The Guardian of Lesbians in The Village: The Stormé DeLarverie Story

Early life

Gay, bouncer, butch, singer, cross-dresser, leader; these are some of the various names and titles Stormé DeLarverie had been called during his lifetime. Stormé was known for not backing down from a fight. As an early leader in the LGBT rights movement, Stormé DeLarverie might just have thrown the first punch in 1969 at the Stonewall Inn. DeLarverie was known as the Guardian of Lesbians in the [Greenwich] Village.

Stormé DeLarverie was born in New Orleans, LA in 1920 to a black mother and a white father. His mother worked as a servant for his father’s family. Growing up biracial, Stormé faced quite a bit of bullying and harassment. He eventually realized he was gay around the age of 18. He preferred he/him/his pronouns.

In 1955, DeLarverie joined the Jewel Box Revue, the first racially integrated drag revue in the country. The revue regularly played the Apollo Theater in Harlem and traveled to various other theaters in the black box circuit.

Stonewall Rebellion

In 1969, Stormé was at the scene of what history knows as the Stonewall Riots. He feels that ‘riot’ is a misleading term, stating “It was a rebellion, it was an uprising, it was a civil rights disobedience– it wasn’t no damn riot.” Although nobody knows and it cannot be confirmed, the story goes that he initiated the first punch at the Stonewall Rebellion, and many believe it to be true. He has even gone on record in many interviews and taken credit for such.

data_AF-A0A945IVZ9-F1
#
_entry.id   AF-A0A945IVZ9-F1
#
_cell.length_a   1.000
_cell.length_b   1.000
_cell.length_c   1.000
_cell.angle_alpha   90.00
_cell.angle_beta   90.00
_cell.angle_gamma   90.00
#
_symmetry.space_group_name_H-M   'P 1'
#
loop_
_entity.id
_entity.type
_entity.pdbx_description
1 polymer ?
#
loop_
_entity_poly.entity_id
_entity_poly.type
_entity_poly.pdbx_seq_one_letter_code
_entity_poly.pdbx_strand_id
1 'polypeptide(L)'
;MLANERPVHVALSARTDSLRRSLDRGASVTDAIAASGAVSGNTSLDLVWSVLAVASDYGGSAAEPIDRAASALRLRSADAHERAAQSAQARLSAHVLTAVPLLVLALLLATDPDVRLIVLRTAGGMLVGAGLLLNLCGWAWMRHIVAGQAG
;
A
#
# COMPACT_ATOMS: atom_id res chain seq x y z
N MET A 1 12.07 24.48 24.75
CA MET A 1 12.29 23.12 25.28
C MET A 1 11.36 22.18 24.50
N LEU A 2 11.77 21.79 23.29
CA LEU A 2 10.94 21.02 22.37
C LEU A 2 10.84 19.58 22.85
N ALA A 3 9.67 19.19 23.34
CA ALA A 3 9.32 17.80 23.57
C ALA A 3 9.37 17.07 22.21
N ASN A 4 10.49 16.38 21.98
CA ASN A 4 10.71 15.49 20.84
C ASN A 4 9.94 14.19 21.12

At the Stonewall Inn, a fight had broken out when a woman was escorted out the door to a police car. It is believed the woman was Stormé – he had escaped from the police repeatedly and was dragged through the crowd multiple times due to the escapes. He was eventually hit on the head with a baton by the police and was bleeding from the head wound as he fought back. Bystanders recalled that woman and it sparked the crowd to fight back when he shouted, “Why don’t you guys do something?” When an officer threw him into the police car for the last time, the crowd went berserk and the rebellion began.

Although it is not known if Stormé DeLarverie was the woman in police custody, beaten and bruised, he, and the woman, have been referred to as the “gay community’s Rosa Parks.”

Influence After Stonewall

With his costumes for his drag performances and tours with the Jewel Box Revue, Stormé had an influence on gender-nonconforming fashion decades before it became acceptable. Offstage he had a very striking androgynous presence– he was referred to as handsome and butch, some even mistook him for a man.

During the '80s and ’90s, DeLarverie worked as a bouncer at numerous lesbian bars in New York City. He became a member of the Stonewall Veterans’ Association, serving as an Ambassador and Chief of Security, eventually becoming the Vice President in 1998 until 2000.

He earned the title of “guardian of lesbians of the village,” through his time serving as a volunteer street patrol worker for years. He went on to organize various LGBT events and performed at benefits for battered women and children.

In 2014, Stormé DeLarverie passed away due to complications with dementia. Although he passed away, his legacy lives on in various civil rights movements and the impact he left by sparking the Stonewall Rebellion is felt through all LGBT individuals. His work as a civil rights activist and a lesbian defender lives on in with Pride celebrations, which he loved and almost never missed.